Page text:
After Hans Gruber is defeated, Holly and John exit the destroyed Nakatomi Plaza, with paper falling like snowflakes. As John finally thanks Sergeant Al Powell (Reginald VelJohnson), he introduces his new friend to Holly. But when Holly says her full name, she refers to herself as McClane, instead of using her maiden name, Gennero. Considering that the film started with both John and Holly feeling fairly bitter (and Holly resorting to her old surname), this unique resolution is lovely. Sure, their marriage doesn't go down the most pleasant of paths — by the fourth installment in the Die Hard franchise, they're divorced — but here, they get an odd yet extremely satisfying happily ever after.

17. Jefferson at the piano — Christmas in Connecticut

When it comes to Barbara Stanwyck's filmography, none of her films predicted the future of the Christmas rom-com quite like "Christmas in Connecticut." Not only did this adorable movie forecast the rise of influencers nearly seven decades before they became an actual thing, but it also contains the types of hijinks that would go on to become Christmas movie staples.  

"Christmas in Connecticut" revolves around Elizabeth Lane (Stanwyck), a popular food columnist who writes about her perfect — and completely fictitious — life in Connecticut. But, when Elizabeth's publisher pushes to host a Christmas celebration for Jefferson (Dennis Morgan), a war hero who is a fan of her work, her life turns upside down, especially when she starts to fall for him.

In one of many memorable scenes, Elizabeth decorates her scenic Christmas tree while Jefferson plays the piano. As Jefferson performs various songs, including "The Wish That I Wish Tonight," Elizabeth's feelings towards her house guest become evident, making the tension surrounding the two even more intense. Stanwyck expertly sells her character's conflicting emotions, while Morgan really plays up Jefferson's charisma. It's simple moments like this that make this movie a holiday classic in many viewers' hearts.

16. Bruce and Selina dance — Batman Returns

With its Gothic aesthetic, "Batman Returns" doesn't get enough credit for its hauntingly beautiful depiction of yuletide celebrations. Often thought of as the too-scary-for-its-own-good Batman flick, "Batman Returns" doesn't just feature some delicious holiday visuals, but also a fascinating romantic subplot. The players? Why, Selina Kyle (Catwoman) and Bruce Wayne (Batman), of course. As one can guess, the pair share many memorable scenes together, but none of them carry as much narrative weight as when the two dance cheek-to-cheek at a charity ball.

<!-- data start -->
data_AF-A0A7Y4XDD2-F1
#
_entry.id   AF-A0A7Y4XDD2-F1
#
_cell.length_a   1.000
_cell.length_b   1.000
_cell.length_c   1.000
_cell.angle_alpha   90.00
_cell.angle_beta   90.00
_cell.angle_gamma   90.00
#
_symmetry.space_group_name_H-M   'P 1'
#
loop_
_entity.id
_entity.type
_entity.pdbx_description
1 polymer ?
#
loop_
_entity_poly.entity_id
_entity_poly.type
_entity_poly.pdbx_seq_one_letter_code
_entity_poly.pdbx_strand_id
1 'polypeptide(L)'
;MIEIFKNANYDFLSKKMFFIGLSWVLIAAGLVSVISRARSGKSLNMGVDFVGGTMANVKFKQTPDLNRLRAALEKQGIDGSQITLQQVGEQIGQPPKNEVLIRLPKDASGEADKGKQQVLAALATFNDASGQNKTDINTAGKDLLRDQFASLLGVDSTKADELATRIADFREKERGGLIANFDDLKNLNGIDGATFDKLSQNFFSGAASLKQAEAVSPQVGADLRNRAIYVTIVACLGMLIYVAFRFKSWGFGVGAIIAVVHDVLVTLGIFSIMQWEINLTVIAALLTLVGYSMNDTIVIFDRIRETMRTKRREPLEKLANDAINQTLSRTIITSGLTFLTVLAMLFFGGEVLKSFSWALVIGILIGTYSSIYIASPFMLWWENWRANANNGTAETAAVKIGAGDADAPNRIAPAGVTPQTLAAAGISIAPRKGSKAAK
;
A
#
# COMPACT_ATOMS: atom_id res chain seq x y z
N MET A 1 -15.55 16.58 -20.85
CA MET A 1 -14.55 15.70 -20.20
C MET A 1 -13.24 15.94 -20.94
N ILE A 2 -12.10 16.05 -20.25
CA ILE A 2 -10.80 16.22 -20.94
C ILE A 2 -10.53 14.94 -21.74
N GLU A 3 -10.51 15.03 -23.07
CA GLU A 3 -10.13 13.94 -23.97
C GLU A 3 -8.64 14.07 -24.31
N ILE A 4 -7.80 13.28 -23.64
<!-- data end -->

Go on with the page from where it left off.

The sequence starts with the two characters, unmasked, immediately embracing on the dance floor. However, by the end, the pair have guessed each other's secret identities, making for quite a tragic discovery. From the sorrowful look on Michelle Pfieffer's face as she gazes at the mistletoe to Michael Keaton's calm demeanor, there's nothing quite as devastatingly romantic as these two foes coming to grips with reality as their Christmas-lit fairytale comes crashing down before their very eyes.

15. Jamie proclaims his love — Love Actually

Perhaps the most traditionally romantic Christmas movie ever made, "Love Actually" has many lovey-dovey moments to choose from. One of the top contenders, though, is the scene where Jamie proposes to Aurelia. After trying to learn Portuguese to win Aurelia's heart, Jamie travels to France to find her. He bumps into her family, and has the entire town follow him as he tracks her to the restaurant where she works. The rest is movie history.

From the comedic beats provided by Aurelia's family to Jamie's adorable linguistic mistakes, Jamie and Aurelia's love story is truly one for the ages. The chemistry between Colin Firth and Lúcia Moniz is the best part, of course. While they start off on an awkward note, the couple's dorky energy makes them a charming duo to watch. So, when their relationship is wrapped up in this absolutely thrilling proposal, it's hard not to adore Jamie and Aurelia as an on-screen pair. Plus, when such a love story is combined with the music of Craig Armstrong, the results are pure cinematic bliss.